An Indian journalist could face years in jail on a people smuggling charge after allegedly helping a “fake media contingent” travel to Australia to attend the Commonwealth Games.
Australian Border Force officers detained Rakesh Kumar Sharma, 46, and eight others at the Brisbane Airport on Wednesday because his companions’ accreditation was allegedly not genuine.
The eight, aged between 20 and 37, were allegedly holding temporary activity visas and claiming to be accredited media representatives.
Mr Sharma is described in court documentation as a journalist. Prosecutors claim his accreditation was genuine but he “facilitated” the group’s travel.
The man from Haryana in India’s north appeared in Brisbane Magistrates Court on Thursday charged with an aggravated people smuggling offence, which carries a minimum five-year sentence if convicted.
The charge applies to anyone accused of smuggling five or more people and carries a maximum sentence of 20 years.
Mr Sharma is also accused of causing “false or forged” documents to be presented on behalf of his eight fellow travellers in relation to a visa application, between December 2017 and March this year.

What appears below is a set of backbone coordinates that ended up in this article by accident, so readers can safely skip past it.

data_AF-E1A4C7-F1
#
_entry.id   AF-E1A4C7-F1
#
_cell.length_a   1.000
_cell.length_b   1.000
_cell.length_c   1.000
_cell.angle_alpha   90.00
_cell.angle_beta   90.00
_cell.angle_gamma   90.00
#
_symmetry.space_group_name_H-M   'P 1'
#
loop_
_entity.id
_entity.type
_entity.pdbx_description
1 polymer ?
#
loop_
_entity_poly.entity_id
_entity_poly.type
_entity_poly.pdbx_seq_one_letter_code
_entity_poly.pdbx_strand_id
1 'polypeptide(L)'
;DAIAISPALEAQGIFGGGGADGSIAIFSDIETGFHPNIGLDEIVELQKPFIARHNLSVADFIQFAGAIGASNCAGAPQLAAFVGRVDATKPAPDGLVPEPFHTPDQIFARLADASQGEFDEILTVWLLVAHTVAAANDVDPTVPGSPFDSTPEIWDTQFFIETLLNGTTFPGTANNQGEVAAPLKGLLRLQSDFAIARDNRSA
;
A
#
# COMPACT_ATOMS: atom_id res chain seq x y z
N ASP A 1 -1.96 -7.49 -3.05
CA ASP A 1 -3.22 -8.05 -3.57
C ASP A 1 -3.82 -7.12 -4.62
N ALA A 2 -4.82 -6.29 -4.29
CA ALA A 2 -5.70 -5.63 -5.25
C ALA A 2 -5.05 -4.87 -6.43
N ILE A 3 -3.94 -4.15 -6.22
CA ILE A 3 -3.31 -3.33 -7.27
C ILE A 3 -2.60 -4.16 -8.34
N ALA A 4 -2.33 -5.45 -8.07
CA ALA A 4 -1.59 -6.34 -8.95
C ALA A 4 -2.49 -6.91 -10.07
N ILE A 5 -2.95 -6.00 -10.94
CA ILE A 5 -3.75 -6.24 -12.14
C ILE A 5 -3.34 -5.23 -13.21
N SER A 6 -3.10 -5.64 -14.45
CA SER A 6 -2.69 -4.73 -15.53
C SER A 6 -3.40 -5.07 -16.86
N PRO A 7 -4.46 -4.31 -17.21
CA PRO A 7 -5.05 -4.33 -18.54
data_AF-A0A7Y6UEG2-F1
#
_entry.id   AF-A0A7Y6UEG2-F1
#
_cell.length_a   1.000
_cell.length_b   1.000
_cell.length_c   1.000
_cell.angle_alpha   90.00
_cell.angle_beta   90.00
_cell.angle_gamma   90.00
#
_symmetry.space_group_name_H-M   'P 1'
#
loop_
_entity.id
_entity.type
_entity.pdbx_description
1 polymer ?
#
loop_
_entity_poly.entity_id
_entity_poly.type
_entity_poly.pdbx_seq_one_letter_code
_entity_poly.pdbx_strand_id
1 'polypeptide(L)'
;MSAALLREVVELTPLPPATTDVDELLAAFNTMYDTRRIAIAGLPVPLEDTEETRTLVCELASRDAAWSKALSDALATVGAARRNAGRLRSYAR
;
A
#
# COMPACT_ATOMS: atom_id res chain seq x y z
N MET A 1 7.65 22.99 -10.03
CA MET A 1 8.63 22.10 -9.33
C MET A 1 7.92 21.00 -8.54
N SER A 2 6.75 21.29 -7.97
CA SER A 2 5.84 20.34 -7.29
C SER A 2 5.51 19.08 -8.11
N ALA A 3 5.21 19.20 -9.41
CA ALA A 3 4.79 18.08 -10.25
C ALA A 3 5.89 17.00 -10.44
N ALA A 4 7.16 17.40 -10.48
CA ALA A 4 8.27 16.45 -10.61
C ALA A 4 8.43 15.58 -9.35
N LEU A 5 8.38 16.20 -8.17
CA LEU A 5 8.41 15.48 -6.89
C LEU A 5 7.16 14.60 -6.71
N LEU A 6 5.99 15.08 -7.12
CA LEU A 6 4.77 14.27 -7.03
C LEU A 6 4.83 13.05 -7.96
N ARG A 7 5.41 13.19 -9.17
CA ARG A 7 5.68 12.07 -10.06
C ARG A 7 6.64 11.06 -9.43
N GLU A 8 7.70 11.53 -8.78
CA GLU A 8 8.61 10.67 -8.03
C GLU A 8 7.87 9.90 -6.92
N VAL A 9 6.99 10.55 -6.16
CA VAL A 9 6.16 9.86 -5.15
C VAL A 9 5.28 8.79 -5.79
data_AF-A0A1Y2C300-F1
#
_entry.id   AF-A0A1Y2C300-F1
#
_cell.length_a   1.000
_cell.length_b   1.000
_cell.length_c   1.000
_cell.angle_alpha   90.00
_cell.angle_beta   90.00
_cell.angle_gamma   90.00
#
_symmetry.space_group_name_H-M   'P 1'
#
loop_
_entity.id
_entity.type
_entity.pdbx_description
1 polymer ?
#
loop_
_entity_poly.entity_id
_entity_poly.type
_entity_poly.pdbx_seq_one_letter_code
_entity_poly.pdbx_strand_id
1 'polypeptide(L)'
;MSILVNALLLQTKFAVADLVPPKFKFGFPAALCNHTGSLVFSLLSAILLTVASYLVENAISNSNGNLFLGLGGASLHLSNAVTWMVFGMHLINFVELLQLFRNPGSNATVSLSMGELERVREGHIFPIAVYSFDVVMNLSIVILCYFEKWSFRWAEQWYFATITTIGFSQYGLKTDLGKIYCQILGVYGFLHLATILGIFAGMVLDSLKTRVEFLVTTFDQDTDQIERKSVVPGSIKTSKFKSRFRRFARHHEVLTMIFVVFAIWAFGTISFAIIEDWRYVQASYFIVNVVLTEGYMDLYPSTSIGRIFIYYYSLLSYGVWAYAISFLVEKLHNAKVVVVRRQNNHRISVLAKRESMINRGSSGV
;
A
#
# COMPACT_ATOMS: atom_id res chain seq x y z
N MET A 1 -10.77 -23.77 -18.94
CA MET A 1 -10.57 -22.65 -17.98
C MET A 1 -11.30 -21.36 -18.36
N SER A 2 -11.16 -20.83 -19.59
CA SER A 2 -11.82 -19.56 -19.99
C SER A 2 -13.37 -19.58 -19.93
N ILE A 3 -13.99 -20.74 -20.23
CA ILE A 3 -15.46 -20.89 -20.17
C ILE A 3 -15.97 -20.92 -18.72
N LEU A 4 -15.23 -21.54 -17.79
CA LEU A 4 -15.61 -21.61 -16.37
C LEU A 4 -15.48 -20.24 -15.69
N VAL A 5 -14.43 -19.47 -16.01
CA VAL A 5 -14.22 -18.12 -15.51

Legal Aid solicitor Axel Beard used Google Translate to communicate with the accused as he stood in the dock during the brief hearing.
Mr Sharma was remanded in custody without applying for bail and the magistrate ordered an interpreter fluent in Hindi to be organised for the next hearing, on April 6.
The ABF confirmed the other eight had been taken into immigration detention and inquiries were continuing.
Local authorities had already been tipped off by officials in Bangkok that the group might not be genuine, the ABF said, in a statement describing the group as a “fake media contingent”.
Australian Border Force Queensland regional commander Terry Price said any attempts to exploit the Commonwealth Games and Australia’s visa program would not be tolerated.
“Anyone wishing to enter Australia, including athletes, team officials, spectators and the media, must hold a valid visa and accreditation and must be deemed to be a legitimate visitor,” he said, in a statement.
“As with all travellers, the ABF will process all Commonwealth Games visitors on arrival and anyone found not to be here for legitimate purposes can expect to have their visas cancelled and to be turned around. This may occur on arrival in Australia, or prior to boarding flights to Australia.
“We have a skilled network of Airline Liaison Officers at key overseas international airports who can identify travellers of concern and stop them travelling or, as in this case, provide real time information to alert colleagues onshore.”
Queensland Police Service Deputy Commissioner Bob Gee said Queensland police, Australian Border Force and Australian Federal Police were involved in the joint investigation.
“I have talked with the Commonwealth Games lead and there is no threat to the Commonwealth Games. In fact, what you’ll see is that the system works,” he said.
“The nation and the state are well prepared for any incident like this.”
The Commonwealth Games starts on the Gold Coast on April 4.